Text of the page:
Monday, September 28, 2009

Bright Star

Writer-director Jane Campion came up with the idea for Bright Star while sitting with “a ragtag group of horses I used to like to sit with and read,” she told the audience after a September 14 screening at the Director’s Guild Theater. When one of the horses delicately opened Campion’s bag with her hoof and sniffed it, Campion says: “I thought, that’s what I like, that kind of tenderness and gentleness. I wanted to make a story about that.”

Mission accomplished. This deeply felt, exquisitely tender love story is infused with a closely observed specificity that ushers us into the world of the great English Romantic poet John Keats (a luminescent, gently charismatic Ben Whishaw) and the woman he loved.

Campion’s screenplay animates the story of Keats and Fanny Brawne (Abbie Cornish), a stylish and strongminded young woman. It begins in 1818, when Keats is 23 and Fanny just 16. Keats’ poetry has been mostly badly reviewed and brings in almost no money, so he lives in genteel poverty, dependent on the patronage of his friend Charles Brown (Paul Schneider.) As a result, he can’t marry Fanny after they fall in love, since he is too honorable to marry a woman he cannot support. Instead, the two embark on a passionate, deeply tender, but sexless
affair, which lasts until Keats' death of consumption at age 25.

Like Keats' love poems, Bright Star is an intimate story that contains a whole world. Cinematographer Grieg Fraser captures an astonishingly gorgeous England, starkly beautiful in the winter and bursting with colors and life in the spring and summer. The yellow-white sunlight, the wind rustling through the leaves, and the shock of nature’s beauty are near-hallucinogenic at times.

Campion makes you feel the pressures and pleasures of early 19th-century English society, but this is no stilted costume drama. It’s the story of two vivid individuals whose feelings and motivations feel as compelling as our own – if not more so.

To create that sense of intimacy, Campion spent most of the rehearsal time getting the actors to stop acting. “I really wanted to have a sense of just being from the actors,” she said at the screening. “Whenever people were relaxed and the work was coming from that place, that’s when it felt right.”

To help the actors get past their own neuroses to that state of grace, she talked to them about “Keats’s concept of negative capability – a capacity to stay with the mystery of life, without having to create any answers.”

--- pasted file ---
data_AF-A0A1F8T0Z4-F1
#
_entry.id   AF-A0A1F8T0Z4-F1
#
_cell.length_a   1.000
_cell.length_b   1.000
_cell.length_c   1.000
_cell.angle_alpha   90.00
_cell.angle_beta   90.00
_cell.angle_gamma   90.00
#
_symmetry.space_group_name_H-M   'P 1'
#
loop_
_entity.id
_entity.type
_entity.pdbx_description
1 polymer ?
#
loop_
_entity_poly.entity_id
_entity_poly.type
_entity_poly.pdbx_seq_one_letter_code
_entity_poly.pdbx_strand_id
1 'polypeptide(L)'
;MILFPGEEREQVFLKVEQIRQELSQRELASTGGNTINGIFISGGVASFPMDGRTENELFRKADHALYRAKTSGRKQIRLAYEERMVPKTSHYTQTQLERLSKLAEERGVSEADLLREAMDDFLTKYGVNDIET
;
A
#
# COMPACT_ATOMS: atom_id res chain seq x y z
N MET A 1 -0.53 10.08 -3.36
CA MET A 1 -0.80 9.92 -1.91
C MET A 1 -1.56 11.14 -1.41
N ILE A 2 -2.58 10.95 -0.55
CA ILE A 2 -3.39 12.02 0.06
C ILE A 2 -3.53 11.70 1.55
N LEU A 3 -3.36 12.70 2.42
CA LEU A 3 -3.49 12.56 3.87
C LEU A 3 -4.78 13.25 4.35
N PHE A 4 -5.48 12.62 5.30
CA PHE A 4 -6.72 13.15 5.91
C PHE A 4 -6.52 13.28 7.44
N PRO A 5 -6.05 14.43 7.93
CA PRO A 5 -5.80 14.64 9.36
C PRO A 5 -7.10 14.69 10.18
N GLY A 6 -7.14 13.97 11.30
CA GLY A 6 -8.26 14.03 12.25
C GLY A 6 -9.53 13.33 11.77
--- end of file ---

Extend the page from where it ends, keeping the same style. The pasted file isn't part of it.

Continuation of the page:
Keats’ own poetry was one route to that mystery, but Campion knew that a movie about poetry would be a hard sell. “People are allergic to poetry, kind of,” she said. “And they don’t just dislike it; they’re really aggressive about it.” By weaving excerpts from Keats’ letters and poems and talk about poetry organically into the script (“poetry soothes and emboldens the soul to accept mystery,” he tells Fanny), Campion makes poetry part of the action, using it to deepen the intensity of the characters’ emotions.

Another “important talisman” for the cast was Fanny’s much-younger sister, Toots. Edie Martin, the gravely graceful little sprite who plays her, doesn’t have many lines yet plays a significant role, attracting the camera like a magnet. Campion said the young actress “embodied that quality of delicacy, just naturally. From the start, she had what the others were striving for, and they saw it.”

And now and then, the camera seeks out the Brawne family’s cat, a pacific black-and-white beauty that is, like all cats, a master of the art of living in the moment.

Bright Star’s impassioned but unconsummated love affair is a switch from the eroticism of Campion movies like The Piano and In the Cut, but the film falls in line with Campion’s others in one important way: There's a strong, free-thinking woman at its center.

In her own day and for decades after her death, Fanny was painted as shallow and insincere, a selfish flirt incapable of matching Keats’ depth of feeling or appreciating his genius. More recently, she has often been put on a pedestal, idealized as a sort of human muse. Campion rescues her from both forms of erasure, creating her most self-assured heroine yet.

The Fanny imagined by Campion and embodied by Cornish is self-confident, forthright, competent and kind. Hollywood rarely gives us female leads with that kind of strength and solidity, and that’s a shame. Because it’s those traits that make Fanny a fit mate for a soulful poet, and that pairing of great-hearted equals makes Bright Star a great romance.

Are you listening, Sandra Bullock?

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